Accepting God's Acceptance:
The Certainty of God's Love
For Sunday July 27, 2008
Readings (Revised Common Lectionary, Year A)
Genesis 29:15–28, or 1 Kings 3:5–12
Psalm 105:1–11, 45b, or Psalm 119:129–136
Matthew 13:31–33, 44–52
A few years ago my wife and I took a break from our Presbyterian church to worship at historic Glide Memorial United Methodist Church in San Francisco. Founded in 1929 at the corner of Ellis and Taylor Streets in the seedy Tenderloin district, Glide stepped into the national limelight in 1963 when it hired the young Afro-American firebrand Cecil Williams as its pastor. Across the last forty-five years, Williams has boldly proclaimed God's unconditional acceptance to a spectacle of radical and radically disenfranchised groups — including a Hookers Convention, the American Indian Movement, the Black Panthers, and, of course, the city's considerable gay community. In 1964 Williams founded the Council on Religion and Homosexuality, five years before the 1969 Stonewall riots between gays and police in New York City that marked the beginning of the gay rights movement.
I especially loved one song that the Glide Ensemble sang that morning, the refrain of which captures Paul's words from Romans for this week: "God will take care of you." That Sunday at Glide also coincided with San Francisco's Gay Pride weekend. As my wife and I stood among the thousands of people along Market Street and watched the three hour extravaganza, I thought how far I was from the little town and church in North Carolina where I grew up, and I don't mean in mere miles. It's hard to relate to something so far removed from your personal experience.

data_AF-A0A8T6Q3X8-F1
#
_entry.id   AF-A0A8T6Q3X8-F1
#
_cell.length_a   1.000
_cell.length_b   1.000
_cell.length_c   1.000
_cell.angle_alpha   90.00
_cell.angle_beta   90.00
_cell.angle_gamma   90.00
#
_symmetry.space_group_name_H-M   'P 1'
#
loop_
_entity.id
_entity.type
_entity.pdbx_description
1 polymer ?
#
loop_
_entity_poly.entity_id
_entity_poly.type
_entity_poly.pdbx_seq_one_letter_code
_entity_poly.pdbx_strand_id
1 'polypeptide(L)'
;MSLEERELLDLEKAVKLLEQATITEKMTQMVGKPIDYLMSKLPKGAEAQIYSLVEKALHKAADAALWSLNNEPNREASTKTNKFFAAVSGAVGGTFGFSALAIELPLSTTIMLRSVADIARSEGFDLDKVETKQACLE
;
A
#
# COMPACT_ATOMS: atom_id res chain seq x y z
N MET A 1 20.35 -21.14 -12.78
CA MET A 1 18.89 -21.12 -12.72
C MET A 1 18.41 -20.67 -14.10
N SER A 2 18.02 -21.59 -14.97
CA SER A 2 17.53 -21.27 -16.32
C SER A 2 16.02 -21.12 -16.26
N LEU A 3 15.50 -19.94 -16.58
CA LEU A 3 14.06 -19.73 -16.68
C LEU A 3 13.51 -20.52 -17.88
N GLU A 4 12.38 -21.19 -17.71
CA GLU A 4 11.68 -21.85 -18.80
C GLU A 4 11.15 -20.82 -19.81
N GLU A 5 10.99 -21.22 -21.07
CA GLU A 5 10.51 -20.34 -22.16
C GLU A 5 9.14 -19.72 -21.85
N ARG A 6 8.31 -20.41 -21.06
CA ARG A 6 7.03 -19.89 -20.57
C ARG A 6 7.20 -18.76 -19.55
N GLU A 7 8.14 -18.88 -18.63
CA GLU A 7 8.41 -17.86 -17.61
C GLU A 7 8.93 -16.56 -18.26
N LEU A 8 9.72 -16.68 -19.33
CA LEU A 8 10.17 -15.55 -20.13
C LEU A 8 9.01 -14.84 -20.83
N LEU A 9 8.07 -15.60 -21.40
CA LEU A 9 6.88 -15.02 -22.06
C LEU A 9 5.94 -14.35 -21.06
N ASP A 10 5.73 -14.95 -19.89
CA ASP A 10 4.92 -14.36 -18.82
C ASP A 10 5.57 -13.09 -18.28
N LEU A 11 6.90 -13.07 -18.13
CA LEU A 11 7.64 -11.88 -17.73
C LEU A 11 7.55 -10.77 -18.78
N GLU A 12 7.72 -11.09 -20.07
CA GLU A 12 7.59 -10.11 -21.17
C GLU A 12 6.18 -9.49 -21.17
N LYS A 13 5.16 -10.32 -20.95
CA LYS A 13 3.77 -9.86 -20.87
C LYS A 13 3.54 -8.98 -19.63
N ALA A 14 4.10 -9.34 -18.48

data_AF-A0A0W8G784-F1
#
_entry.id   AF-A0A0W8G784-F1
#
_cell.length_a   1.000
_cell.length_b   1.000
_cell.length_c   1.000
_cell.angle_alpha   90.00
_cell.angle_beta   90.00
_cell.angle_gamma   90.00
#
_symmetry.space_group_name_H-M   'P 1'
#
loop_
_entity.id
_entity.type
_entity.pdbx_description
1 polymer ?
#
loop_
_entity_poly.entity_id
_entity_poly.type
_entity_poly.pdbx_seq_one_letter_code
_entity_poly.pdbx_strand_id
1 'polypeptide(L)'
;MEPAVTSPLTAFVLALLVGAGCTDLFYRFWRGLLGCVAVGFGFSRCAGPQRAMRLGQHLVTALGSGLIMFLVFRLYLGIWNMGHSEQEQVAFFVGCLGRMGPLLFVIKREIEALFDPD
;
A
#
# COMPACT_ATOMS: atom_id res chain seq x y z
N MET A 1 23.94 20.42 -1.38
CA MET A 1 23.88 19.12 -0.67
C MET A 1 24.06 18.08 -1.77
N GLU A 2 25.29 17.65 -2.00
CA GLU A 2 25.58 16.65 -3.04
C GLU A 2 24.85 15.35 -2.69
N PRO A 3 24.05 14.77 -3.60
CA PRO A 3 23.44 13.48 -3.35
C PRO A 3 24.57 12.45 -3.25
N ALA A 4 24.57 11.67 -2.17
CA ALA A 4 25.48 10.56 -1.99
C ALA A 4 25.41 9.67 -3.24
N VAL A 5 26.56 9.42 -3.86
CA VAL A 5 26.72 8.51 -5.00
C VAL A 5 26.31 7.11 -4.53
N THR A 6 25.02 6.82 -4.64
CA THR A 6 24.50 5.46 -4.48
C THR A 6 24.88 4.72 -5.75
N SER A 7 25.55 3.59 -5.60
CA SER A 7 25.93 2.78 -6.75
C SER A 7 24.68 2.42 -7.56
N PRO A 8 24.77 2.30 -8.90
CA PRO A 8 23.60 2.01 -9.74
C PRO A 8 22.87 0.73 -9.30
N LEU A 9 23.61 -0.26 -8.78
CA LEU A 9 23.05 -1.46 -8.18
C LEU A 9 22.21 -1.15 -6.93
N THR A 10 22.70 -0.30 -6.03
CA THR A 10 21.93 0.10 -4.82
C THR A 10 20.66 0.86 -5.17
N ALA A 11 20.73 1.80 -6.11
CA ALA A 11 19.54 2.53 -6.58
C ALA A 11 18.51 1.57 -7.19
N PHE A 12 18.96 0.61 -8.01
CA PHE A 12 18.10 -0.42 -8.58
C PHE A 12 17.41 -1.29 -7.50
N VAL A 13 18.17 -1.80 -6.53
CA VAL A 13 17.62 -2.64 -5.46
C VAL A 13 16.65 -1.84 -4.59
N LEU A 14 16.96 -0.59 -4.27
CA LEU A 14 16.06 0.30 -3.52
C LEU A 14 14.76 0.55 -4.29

But it's not hard to relate to experiences of exclusion, indifference, disenfranchisement, hate, humiliation, and separation. It's natural to long to believe that God is really and truly for you, and that in the words of the hymn that morning that he will take care of you. Most people have experienced some sense of separation from God, whether by others or even by one's own self.
The genius of Glide has been to stand in the swirling vortex of almost any and every form of human pain, violence, despair and hopelessness that you can imagine — homelessness, unemployment, HIV-AIDS, psychiatric disorders, racism, drug abuse, and the like, and standing there to proclaim without equivocation, "God is for you!" Their free health clinic, a meal program that serves a million free meals a year, job training, and 50 other ministries underscore their commitment to that pastoral proclamation: "God is for you, and nothing can separate you from God's love!"
The epistle for this week contains Paul's famously debated comments about God's election, foreknowledge, calling, and predestination. But instead of theological speculation about who is excluded by these mysteries, his focus is pastoral consolation about who is included in God's love. His message is uncompromising: "nothing in all of creation can separate us from the love of God" (Romans 8:39).
I count at least twenty demons that threaten to undo us mentioned by Paul — suffering, weakness, frustration, bondage to decay, ignorance, trouble, hardship, persecution, famine, nakedness, danger, sword, death, life, angels, demons, powers, the present, the future, heights, depths, and, as if he might have overlooked some tragedy, he includes "anything else in all creation." None of these can separate you from God's love. You can personalize your own list, too: parents, children, your boss, employees, colleagues, foolish choices, bedeviling sins, public failure, private disappointments, anxieties, school, a bad business deal, and on it goes. Paul is adamant and uncompromising: nothing can separate you from God's love.